Small businesses had a vested interest in this year’s Queen’s speech, which outlined the legislation that the new Conservative government intends to pass in its first year
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David Cameron and his all-Tory government can get the ball rolling with the legislation it intends to pass over the next year following yesterday’s Queen’s speech. With the usual pomp and ceremony that accompanies the occasion, Her Majesty presented to a packed House of Lords the laws that her new government will look to pass over the next 12 months. The Conservative Party, self-proclaimed as the party for working people, laid all of its cards on the table as the Queen read out plans to create full employment in the UK with 26 bills, which are intended support both workers and businesses in the UK.
The first order of business for the Tories is their plans to bring forward legislation that ensures full employment and the security of a job for more people. Accordingly, the Queen unveiled the Employment Bill, which pledges to create two million more jobs and three million more apprenticeships over the course of the Parliament, with the apprenticeships to be funded by a reduction in the benefit cap from £26,000 to £23,000.
Meanwhile, the Enterprise Bill will aim to reduce regulations in small businesses so that they can create more jobs. Newly appointed business secretary, Sajid Javid, recently announced the ambitious bill, which will look to cut at least £10bn of red tape over the next five years. The bill will also establish a small business conciliation service that will handle disputes between businesses, including on matters around late payment, without court involvement.
The Conservatives will also begin to roll out the European Union Referendum Bill as the Queen announced the legislation that will pave the way for an in/out referendum on Britain’s membership of the EU. The proposal has been a big source of contention within the British business community, with many enterprise leaders, including the Bank of England’s Mark Carney, indicating that an early referendum would be better, if only to put an end to the uncertainty around the issue.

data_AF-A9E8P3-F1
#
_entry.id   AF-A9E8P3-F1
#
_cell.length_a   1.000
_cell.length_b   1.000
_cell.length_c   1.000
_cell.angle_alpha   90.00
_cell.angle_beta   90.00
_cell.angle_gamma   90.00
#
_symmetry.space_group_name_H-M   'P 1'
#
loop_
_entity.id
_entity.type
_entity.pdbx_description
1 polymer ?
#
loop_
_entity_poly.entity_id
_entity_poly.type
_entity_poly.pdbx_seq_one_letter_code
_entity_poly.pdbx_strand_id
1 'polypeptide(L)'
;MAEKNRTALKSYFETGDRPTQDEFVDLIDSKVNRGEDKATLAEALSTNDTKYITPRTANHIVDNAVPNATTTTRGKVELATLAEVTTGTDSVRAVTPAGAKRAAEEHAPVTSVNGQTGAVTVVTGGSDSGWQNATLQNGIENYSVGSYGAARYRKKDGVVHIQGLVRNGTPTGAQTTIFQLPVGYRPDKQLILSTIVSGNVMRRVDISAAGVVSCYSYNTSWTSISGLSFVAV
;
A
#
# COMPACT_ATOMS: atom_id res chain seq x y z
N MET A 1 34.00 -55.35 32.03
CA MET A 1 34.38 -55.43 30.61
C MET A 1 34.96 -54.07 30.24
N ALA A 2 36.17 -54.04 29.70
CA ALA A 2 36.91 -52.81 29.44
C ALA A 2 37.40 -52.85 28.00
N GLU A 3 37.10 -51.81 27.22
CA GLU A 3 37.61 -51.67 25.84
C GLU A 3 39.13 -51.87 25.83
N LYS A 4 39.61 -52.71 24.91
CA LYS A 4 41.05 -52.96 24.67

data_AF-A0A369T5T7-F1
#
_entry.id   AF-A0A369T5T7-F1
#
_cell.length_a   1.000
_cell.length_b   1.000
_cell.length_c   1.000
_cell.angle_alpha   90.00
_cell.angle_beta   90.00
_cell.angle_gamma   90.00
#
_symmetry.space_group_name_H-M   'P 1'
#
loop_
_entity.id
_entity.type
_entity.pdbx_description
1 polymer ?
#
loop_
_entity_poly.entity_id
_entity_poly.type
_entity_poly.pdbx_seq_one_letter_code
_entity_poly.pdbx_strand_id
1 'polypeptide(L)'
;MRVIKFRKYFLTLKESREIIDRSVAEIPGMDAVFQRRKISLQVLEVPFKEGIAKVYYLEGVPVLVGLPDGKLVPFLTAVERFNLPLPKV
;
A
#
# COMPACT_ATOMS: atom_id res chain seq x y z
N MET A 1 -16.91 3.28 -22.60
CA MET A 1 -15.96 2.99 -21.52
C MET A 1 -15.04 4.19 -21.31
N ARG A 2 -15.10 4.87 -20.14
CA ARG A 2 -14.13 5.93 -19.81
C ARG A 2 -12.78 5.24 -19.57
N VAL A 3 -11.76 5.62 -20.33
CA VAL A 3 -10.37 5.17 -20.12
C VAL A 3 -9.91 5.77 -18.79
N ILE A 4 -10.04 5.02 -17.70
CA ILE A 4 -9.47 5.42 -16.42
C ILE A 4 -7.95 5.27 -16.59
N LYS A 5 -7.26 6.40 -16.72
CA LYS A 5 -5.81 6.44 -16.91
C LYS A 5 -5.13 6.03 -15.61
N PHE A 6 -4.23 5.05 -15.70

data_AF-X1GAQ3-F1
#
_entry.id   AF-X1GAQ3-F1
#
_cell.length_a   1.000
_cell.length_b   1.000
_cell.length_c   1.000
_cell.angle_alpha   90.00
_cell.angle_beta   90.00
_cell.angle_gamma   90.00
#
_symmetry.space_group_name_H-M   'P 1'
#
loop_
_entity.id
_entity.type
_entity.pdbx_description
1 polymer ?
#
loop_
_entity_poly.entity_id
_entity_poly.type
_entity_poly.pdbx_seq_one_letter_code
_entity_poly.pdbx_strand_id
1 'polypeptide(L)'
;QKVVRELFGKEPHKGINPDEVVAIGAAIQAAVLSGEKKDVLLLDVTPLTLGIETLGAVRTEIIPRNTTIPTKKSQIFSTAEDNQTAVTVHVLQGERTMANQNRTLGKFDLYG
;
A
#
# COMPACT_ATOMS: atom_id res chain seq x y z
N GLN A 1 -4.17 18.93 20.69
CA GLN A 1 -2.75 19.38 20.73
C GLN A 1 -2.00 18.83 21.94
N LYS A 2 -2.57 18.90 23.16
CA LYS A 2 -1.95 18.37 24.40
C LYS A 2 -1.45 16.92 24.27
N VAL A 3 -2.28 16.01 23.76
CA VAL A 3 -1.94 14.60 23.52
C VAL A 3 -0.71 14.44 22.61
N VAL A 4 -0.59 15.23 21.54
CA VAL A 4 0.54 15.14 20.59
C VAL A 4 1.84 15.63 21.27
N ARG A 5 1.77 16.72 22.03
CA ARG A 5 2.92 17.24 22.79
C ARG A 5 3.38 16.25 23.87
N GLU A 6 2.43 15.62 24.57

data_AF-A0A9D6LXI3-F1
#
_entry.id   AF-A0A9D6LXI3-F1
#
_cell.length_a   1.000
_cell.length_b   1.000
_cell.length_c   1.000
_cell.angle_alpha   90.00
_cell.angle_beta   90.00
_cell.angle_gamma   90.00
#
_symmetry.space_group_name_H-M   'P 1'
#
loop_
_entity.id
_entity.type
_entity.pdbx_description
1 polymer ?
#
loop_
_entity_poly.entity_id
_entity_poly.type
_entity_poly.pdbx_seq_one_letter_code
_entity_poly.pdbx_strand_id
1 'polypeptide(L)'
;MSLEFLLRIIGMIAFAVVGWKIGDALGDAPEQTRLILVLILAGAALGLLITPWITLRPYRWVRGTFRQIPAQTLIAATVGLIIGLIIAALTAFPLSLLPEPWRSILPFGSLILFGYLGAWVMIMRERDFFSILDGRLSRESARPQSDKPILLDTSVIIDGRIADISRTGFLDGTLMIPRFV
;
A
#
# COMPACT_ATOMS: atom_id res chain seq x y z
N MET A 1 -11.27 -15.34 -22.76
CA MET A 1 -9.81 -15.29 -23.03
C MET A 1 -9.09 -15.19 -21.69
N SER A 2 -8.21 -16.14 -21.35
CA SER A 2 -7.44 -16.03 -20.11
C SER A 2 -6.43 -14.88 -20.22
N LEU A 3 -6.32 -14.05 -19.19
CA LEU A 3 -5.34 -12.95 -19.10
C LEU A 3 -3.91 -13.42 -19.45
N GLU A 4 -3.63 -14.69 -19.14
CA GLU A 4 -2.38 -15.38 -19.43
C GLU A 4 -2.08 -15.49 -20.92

Prior to the general election, the prime minister pledged to legislate to prevent the government increasing income tax rates, national insurance and VAT during his term. And the Queen’s announcement of the Income Tax Bill set the wheels in motion on this promise. Businesses alike are sure to welcome a freeze on VAT and the national insurance cap that will stop businesses’ national insurance contributions from creeping up. The Prime minister also pledged to tackle the bread and butter issues that see working people left worse off by doubling the current free childcare allowance to support parents getting back into work. This was another measure mentioned by Her Royal Highness yesterday.
John Allan, national chairman of the Federation of Small Businesses welcomed the measures put forward in the Queen’s speech. “We are pleased the government is maintaining focus on small businesses,” he said. “Our members have been very clear on the need to cut burdensome red tape and on addressing issues like the billions owed to small businesses in overdue payments. The Enterprise Bill is a real opportunity to make progress on these issues.”
As with every Queen’s speech, this is probably only the beginning of what the government intends to do in its first term. We’re keen to see what else Cameron has up his sleeve.